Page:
However that is not fast enough for most customers today, with more and more services going to the cloud.
---> Below solution will not converge faster than 60 seconds !!
(Please prove me wrong)
Which brings me to this, once again end to end BGP through firewalls.
However in this instance the CORE devices inside generate the outside /24 prefix via "x.x.x.x/24 Null 0" routes.
Those /24's are then picked up by the BGP and advertised outbound to the ISPs, ensuring there is not black hole in front or at the back of the firewalls.
Also the received default routes are being learned from the ISPs and pushed down to the cores, end to end.
This is probably my new solution, however this still needs to be labbed up and tested.
A few guys may have noticed the MPLS component, and go, WHY the heck?
Basically we operate two independant firewalls and one decided to partially die, now the idea is to not bind any services to the physical interfaces of the firewalls. Meaning we inject /32's into the MPLS "transit vrf".
This results that we can utilize both border routers for failover having two independant Firewalls. And if a Firewall fails we can easily shutdown the injected loopbacks on the partially failing Firewall, and enable the same configured /32 on the opposite still working firewall, while the default route and advertisements for the /24s outbound still operate.
We use MPLS/L3 VPNs to conserve public IP address space in regards to transit networks required between DC's, as we can span multiple DCs without loosing valuable IP addressing.
Thats some of the background info in order to understand my end to end designs.
Thanks for your replies, comments, and feedbacks!
The neighbor advertisement-interval on the Border routers should work effectively for you. There is no special TAC command required.
See output below of how quick the updates were sent both for advertise and withdraw. Scan-time was set to 5 secs.
Obviously, my BGP table is small. Yours may have many prefixes.
R3(config-router)#neighbor 220.127.116.11 advertisement-interval 1
01:14:40: BGP(0): 18.104.22.168 rcv UPDATE about 22.214.171.124/8 -- withdrawn
01:14:40: BGP(0): no valid path for 126.96.36.199/8
01:14:40: BGP: topo global:IPv4 Unicast:base Remove_fwdroute for 188.8.131.52/8
01:14:40: BGP(0): (base) 184.108.40.206 send unreachable (format) 220.127.116.11/8
01:14:45: BPG(0): Condition exis changes to Withdraw
01:14:45: BGP(0): net 18.104.22.168/24 matches ADV MAP adv: bump version to 113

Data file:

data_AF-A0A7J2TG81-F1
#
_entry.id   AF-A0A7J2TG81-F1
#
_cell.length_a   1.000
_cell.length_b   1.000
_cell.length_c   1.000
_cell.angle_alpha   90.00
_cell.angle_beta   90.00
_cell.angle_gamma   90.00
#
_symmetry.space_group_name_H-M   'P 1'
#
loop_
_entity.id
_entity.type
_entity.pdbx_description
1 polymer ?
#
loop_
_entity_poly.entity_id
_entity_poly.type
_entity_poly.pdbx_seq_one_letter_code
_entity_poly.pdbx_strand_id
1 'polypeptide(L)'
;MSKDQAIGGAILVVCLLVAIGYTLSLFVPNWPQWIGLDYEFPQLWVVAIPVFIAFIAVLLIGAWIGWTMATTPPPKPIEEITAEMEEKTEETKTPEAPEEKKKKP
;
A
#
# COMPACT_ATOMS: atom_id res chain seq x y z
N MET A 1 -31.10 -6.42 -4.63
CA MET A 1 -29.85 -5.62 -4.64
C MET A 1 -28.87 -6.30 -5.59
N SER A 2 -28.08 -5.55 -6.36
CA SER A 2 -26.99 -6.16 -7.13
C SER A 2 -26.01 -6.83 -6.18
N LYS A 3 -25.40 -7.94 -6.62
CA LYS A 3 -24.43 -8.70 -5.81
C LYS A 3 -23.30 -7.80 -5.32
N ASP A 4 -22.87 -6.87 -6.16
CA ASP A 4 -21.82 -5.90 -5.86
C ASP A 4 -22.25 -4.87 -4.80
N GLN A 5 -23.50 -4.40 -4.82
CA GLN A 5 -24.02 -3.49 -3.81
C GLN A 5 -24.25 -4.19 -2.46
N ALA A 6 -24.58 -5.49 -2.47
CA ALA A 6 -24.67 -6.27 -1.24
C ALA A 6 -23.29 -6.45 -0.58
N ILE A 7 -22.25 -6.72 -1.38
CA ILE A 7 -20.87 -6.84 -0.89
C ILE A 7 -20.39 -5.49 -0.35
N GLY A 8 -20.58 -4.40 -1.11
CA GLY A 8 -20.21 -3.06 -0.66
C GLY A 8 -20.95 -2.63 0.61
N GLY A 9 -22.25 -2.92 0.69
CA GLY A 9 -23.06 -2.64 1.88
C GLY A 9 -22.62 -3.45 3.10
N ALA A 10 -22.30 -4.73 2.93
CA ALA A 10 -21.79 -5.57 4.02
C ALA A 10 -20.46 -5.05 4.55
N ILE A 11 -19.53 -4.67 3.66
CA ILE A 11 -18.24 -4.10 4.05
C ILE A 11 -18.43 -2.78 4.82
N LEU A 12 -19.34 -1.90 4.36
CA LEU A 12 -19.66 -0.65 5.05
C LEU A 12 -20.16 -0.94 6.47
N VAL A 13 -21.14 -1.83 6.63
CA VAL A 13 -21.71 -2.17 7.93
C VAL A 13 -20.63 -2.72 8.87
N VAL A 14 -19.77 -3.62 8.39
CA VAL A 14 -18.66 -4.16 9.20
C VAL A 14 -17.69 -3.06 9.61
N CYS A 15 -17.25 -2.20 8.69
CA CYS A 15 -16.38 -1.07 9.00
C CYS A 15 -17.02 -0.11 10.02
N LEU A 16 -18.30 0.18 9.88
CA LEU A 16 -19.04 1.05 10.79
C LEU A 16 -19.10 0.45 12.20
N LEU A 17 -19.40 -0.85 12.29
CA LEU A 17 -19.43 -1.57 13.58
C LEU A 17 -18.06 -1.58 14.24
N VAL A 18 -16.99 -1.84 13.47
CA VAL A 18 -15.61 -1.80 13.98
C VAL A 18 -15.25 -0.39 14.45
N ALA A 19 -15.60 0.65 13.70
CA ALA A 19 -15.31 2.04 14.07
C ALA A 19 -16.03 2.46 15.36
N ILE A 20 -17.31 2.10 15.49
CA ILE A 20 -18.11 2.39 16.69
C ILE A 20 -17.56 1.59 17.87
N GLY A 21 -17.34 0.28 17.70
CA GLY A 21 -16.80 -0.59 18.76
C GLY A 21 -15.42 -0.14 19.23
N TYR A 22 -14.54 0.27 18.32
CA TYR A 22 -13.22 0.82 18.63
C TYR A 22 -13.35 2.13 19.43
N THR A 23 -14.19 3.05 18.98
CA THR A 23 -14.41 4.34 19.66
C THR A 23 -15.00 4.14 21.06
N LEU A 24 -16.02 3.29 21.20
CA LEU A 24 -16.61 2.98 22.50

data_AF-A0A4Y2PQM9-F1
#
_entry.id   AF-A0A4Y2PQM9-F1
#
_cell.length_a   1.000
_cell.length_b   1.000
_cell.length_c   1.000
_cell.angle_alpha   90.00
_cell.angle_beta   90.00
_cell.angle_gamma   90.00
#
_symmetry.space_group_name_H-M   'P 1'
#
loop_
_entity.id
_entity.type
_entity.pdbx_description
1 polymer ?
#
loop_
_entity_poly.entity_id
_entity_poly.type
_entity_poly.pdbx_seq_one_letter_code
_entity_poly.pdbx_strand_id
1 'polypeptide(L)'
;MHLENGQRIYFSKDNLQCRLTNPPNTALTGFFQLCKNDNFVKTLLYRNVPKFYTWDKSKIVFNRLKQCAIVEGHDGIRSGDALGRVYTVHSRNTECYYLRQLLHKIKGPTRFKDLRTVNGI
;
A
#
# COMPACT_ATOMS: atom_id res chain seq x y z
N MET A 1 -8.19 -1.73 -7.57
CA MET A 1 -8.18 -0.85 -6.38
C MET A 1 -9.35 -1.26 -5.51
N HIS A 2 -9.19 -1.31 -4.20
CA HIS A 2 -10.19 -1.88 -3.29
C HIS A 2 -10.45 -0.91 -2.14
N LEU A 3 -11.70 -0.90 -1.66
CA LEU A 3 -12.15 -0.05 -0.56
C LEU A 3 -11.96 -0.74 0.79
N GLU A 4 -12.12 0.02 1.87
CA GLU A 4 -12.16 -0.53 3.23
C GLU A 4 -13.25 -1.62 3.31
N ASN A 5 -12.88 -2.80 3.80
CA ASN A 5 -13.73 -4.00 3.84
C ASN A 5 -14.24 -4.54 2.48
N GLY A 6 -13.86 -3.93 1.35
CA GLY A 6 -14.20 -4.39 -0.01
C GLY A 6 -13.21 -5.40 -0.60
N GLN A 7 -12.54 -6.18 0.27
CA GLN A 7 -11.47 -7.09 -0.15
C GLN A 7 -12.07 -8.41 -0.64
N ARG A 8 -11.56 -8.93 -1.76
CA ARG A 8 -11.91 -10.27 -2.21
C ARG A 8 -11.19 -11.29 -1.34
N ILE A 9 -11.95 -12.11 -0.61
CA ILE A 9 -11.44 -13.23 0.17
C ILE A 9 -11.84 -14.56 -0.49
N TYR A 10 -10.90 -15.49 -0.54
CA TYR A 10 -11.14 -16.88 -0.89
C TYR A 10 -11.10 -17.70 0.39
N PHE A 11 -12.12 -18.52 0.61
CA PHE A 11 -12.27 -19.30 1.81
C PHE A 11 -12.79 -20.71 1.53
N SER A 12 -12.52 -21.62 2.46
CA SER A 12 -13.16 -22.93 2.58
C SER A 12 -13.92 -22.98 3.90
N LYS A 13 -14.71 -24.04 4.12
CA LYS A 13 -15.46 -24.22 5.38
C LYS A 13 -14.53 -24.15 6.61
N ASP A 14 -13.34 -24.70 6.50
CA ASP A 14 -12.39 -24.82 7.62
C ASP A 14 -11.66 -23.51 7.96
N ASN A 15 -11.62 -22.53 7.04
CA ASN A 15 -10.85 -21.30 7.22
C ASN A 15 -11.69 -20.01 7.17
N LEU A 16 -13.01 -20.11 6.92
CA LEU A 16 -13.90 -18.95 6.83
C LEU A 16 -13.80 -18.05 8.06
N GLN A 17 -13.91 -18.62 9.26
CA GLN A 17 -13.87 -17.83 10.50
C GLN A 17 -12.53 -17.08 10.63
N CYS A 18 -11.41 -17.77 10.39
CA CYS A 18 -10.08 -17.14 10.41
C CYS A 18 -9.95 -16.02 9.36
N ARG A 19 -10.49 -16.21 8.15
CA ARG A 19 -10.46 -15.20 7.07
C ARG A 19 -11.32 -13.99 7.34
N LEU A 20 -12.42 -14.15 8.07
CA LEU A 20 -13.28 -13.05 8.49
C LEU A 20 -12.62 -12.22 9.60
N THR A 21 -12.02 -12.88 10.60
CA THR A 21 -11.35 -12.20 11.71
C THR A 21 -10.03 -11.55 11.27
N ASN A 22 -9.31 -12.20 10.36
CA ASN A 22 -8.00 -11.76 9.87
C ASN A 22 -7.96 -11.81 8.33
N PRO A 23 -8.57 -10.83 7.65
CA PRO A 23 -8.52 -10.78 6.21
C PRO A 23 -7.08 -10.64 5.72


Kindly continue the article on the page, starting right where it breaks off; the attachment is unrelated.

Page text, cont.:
01:14:45: BGP: topo global:IPv4 Unicast:base Remove_fwdroute for 22.214.171.124/24
01:14:45: BGP(0): (base) 126.96.36.199 send unreachable (format) 188.8.131.52/24
R3(config-router)#neighbor 184.108.40.206 advertisement-interval 0
01:15:45: BGP(0): 220.127.116.11 rcvd UPDATE w/ attr: nexthop 18.104.22.168, origin i, merged path 300 54 50 60, AS_PATH
01:15:45: BGP(0): 22.214.171.124 rcvd 126.96.36.199/8
01:15:45: BGP(0): Revise route installing 1 of 1 routes for 188.8.131.52/8 -> 184.108.40.206(global) to main IP table
01:15:45: BGP(0): (base) 220.127.116.11 send UPDATE (format) 18.104.22.168/8, next 22.214.171.124, metric 0, path 300 54 50 60
01:15:45: BPG(0): Condition exis changes to Advertise
01:15:45: BGP(0): net 126.96.36.199/24 matches ADV MAP adv: bump version to 115
01:15:45: BGP: topo global:IPv4 Unicast:base Remove_fwdroute for 188.8.131.52/24
01:15:45: BGP(0): (base) 184.108.40.206 send UPDATE (format) 220.127.116.11/24, next 18.104.22.168, metric 0, path Local
01:19:14: BGP(0): 22.214.171.124 rcv UPDATE about 126.96.36.199/8 -- withdrawn
01:19:14: BGP(0): no valid path for 188.8.131.52/8
01:19:14: BGP: topo global:IPv4 Unicast:base Remove_fwdroute for 184.108.40.206/8
01:19:14: BGP(0): (base) 220.127.116.11 send unreachable (format) 18.104.22.168/8
01:19:16: BPG(0): Condition exis changes to Withdraw
01:19:16: BGP(0): net 22.214.171.124/24 matches ADV MAP adv: bump version to 117
01:19:16: BGP: topo global:IPv4 Unicast:base Remove_fwdroute for 126.96.36.199/24
01:19:16: BGP(0): (base) 188.8.131.52 send unreachable (format) 184.108.40.206/24
Are you importing the loopbacks in a VRF? The import scanner for VRF tables is 15secs by default. Also if your neighbor peering is activated in VPNv4, then you may have to configure the neighbor advertisement-interval in the VPNv4